Drive brand awareness to grow awareness of events, and reach. If your company is hosting an event, getting employees to talk about it online will obviously boost awareness, of both the brand and the event itself. And employees will generally have exactly the kind of targeted connections you’re seeking in their professional networks.

Attract new leads through trusted employees. This will expand your network, but also potentially increase revenue.

Reduce paid media expenses. With employees sharing content and spreading awareness of events and campaigns, less money is needed for traditional paid media to promote an event.

Allow you to measure results. With the right tools and platform, it’s easy to gauge how well your EA campaign is working, and directly track the results of their shares and the source of their leads. This way, you can fine-tune your event promotion strategy based on what works, and what doesn’t.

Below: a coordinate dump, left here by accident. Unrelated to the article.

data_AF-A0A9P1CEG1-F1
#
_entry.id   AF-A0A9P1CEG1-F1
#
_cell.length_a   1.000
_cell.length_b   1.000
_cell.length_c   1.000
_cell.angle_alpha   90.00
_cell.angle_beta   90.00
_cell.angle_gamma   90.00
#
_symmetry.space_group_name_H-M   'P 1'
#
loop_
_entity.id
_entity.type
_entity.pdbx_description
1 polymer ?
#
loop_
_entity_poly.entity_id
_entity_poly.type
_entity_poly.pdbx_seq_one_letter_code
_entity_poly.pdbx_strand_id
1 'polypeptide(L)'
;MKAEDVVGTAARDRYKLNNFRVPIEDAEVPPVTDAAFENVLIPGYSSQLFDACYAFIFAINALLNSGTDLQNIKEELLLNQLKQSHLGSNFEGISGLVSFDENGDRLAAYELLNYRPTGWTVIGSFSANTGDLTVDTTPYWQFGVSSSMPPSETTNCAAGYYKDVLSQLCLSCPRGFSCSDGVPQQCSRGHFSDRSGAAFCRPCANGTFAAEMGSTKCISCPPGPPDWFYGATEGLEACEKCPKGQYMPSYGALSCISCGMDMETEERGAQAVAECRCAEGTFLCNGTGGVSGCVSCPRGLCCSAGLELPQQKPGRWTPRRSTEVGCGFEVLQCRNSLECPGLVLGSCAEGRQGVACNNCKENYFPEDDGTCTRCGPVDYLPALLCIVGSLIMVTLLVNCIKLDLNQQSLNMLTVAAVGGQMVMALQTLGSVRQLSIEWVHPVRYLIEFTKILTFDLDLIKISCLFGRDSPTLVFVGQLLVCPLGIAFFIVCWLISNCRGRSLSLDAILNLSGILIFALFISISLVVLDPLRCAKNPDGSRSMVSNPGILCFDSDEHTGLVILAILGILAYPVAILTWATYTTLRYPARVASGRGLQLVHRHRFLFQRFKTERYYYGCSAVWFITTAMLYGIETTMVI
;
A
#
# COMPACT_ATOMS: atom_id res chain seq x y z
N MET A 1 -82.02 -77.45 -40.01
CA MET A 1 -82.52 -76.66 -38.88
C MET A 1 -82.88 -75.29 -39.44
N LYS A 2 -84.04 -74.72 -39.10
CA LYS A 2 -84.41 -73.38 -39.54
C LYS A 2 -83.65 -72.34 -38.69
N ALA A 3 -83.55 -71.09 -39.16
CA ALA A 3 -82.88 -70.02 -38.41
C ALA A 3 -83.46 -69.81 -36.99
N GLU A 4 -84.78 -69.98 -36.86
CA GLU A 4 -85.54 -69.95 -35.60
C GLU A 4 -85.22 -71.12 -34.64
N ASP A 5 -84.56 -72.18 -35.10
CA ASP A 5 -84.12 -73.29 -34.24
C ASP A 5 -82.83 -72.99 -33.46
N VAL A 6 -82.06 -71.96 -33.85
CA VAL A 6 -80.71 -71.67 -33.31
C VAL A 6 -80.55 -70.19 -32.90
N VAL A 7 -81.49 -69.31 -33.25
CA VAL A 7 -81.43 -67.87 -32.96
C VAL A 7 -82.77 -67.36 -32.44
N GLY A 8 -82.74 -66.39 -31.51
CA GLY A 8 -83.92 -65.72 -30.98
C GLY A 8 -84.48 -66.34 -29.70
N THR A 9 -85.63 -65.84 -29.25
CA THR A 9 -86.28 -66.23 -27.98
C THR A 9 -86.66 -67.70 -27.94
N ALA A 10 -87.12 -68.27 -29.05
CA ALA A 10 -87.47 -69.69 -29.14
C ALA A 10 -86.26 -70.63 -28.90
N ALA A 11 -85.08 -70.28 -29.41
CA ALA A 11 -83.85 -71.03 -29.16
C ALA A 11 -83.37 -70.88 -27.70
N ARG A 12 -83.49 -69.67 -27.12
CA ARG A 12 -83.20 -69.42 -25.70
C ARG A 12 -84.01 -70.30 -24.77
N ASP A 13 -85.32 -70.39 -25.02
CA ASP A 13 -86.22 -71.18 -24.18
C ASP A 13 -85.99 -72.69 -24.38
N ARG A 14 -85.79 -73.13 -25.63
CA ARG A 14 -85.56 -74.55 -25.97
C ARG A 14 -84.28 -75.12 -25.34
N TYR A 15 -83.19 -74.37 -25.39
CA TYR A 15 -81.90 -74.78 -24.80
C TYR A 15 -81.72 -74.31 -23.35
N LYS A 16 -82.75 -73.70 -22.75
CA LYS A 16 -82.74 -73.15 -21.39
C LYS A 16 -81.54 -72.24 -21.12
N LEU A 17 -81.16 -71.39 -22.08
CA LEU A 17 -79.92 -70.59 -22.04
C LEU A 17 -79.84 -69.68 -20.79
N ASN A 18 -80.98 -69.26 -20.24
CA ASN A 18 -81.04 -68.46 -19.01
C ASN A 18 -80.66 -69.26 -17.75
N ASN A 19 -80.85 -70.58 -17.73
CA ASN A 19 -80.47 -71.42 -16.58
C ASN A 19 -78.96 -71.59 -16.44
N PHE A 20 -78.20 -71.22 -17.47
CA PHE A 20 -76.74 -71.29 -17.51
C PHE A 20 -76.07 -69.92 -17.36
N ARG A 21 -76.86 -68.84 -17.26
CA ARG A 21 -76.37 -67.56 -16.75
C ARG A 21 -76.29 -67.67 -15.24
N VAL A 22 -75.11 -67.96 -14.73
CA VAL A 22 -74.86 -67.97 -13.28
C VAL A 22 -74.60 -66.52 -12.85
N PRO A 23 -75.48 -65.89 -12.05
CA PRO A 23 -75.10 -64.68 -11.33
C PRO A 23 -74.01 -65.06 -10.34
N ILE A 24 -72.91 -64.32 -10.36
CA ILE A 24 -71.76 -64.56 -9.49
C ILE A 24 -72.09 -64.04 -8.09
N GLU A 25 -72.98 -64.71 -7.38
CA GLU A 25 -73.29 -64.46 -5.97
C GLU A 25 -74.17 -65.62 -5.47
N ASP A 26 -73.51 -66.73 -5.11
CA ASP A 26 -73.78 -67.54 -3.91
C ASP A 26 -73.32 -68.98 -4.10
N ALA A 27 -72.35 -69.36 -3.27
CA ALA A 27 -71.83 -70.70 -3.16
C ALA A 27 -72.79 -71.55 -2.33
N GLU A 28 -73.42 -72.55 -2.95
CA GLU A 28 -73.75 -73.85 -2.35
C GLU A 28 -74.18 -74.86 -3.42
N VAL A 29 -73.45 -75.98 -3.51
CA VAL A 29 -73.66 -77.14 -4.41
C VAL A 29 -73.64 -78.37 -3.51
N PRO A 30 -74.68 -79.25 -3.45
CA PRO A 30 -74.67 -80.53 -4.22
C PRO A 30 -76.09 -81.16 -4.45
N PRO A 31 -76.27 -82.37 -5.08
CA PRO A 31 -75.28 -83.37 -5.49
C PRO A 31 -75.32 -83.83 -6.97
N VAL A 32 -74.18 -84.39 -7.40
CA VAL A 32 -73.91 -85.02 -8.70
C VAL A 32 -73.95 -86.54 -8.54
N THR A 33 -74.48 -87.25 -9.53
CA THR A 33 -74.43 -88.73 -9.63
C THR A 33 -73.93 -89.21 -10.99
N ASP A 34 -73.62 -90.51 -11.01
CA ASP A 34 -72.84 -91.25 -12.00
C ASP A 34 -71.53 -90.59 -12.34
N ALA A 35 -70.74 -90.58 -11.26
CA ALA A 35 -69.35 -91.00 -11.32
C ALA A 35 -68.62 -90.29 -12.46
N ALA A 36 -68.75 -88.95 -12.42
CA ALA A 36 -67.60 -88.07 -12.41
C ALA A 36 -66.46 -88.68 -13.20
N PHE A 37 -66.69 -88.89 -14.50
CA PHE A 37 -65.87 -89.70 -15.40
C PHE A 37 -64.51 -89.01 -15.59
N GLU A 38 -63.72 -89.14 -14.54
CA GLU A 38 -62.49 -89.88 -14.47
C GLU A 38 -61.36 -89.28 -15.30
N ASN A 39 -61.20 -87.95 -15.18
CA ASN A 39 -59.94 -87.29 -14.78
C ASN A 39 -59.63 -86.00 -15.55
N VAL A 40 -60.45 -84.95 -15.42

The 3 key tips to building an event audience with EA.

Using Employee Advocacy to build awareness and an audience for an upcoming event may appear daunting, but there are steps you can take to make it easier. These three tips will help ensure that you build an audience effectively via social networks for your event:

You need to provide minimum guidelines on how teams can support your events. Don’t just hand off content, explain why it is important and how to use it. Include specific information about the event, the intended audience, and how to register.

You can provide different types of content to promote the event, by using a library of inspiring pictures, video, gifs, etc. Visual content is most effective, and don’t be afraid to include audio and video content as well. Remember, you want to grab people’s attention to generate interest in the event.